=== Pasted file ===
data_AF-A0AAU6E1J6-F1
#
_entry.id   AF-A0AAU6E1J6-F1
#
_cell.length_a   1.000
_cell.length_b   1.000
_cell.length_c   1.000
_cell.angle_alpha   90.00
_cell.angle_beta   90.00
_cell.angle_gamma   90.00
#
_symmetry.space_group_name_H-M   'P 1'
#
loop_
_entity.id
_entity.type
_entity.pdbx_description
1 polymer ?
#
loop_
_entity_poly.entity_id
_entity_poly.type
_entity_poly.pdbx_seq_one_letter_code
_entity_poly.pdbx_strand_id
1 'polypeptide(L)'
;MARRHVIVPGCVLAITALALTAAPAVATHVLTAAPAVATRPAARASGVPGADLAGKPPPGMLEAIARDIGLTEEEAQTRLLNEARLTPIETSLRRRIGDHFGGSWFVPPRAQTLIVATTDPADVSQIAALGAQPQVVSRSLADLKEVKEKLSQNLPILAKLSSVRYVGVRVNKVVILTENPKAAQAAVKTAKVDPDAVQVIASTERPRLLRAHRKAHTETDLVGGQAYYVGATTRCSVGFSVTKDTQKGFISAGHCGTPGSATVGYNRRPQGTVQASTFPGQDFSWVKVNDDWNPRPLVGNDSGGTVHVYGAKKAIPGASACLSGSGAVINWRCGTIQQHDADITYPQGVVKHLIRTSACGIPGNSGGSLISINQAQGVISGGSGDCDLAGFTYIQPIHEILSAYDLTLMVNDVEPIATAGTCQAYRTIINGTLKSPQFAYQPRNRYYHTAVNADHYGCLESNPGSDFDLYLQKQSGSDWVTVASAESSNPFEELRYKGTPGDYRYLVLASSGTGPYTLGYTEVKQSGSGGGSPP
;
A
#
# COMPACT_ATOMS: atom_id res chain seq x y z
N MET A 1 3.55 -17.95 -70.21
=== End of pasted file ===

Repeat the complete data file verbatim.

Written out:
data_AF-A0AAU6E1J6-F1
#
_entry.id   AF-A0AAU6E1J6-F1
#
_cell.length_a   1.000
_cell.length_b   1.000
_cell.length_c   1.000
_cell.angle_alpha   90.00
_cell.angle_beta   90.00
_cell.angle_gamma   90.00
#
_symmetry.space_group_name_H-M   'P 1'
#
loop_
_entity.id
_entity.type
_entity.pdbx_description
1 polymer ?
#
loop_
_entity_poly.entity_id
_entity_poly.type
_entity_poly.pdbx_seq_one_letter_code
_entity_poly.pdbx_strand_id
1 'polypeptide(L)'
;MARRHVIVPGCVLAITALALTAAPAVATHVLTAAPAVATRPAARASGVPGADLAGKPPPGMLEAIARDIGLTEEEAQTRLLNEARLTPIETSLRRRIGDHFGGSWFVPPRAQTLIVATTDPADVSQIAALGAQPQVVSRSLADLKEVKEKLSQNLPILAKLSSVRYVGVRVNKVVILTENPKAAQAAVKTAKVDPDAVQVIASTERPRLLRAHRKAHTETDLVGGQAYYVGATTRCSVGFSVTKDTQKGFISAGHCGTPGSATVGYNRRPQGTVQASTFPGQDFSWVKVNDDWNPRPLVGNDSGGTVHVYGAKKAIPGASACLSGSGAVINWRCGTIQQHDADITYPQGVVKHLIRTSACGIPGNSGGSLISINQAQGVISGGSGDCDLAGFTYIQPIHEILSAYDLTLMVNDVEPIATAGTCQAYRTIINGTLKSPQFAYQPRNRYYHTAVNADHYGCLESNPGSDFDLYLQKQSGSDWVTVASAESSNPFEELRYKGTPGDYRYLVLASSGTGPYTLGYTEVKQSGSGGGSPP
;
A
#
# COMPACT_ATOMS: atom_id res chain seq x y z
N MET A 1 3.55 -17.95 -70.21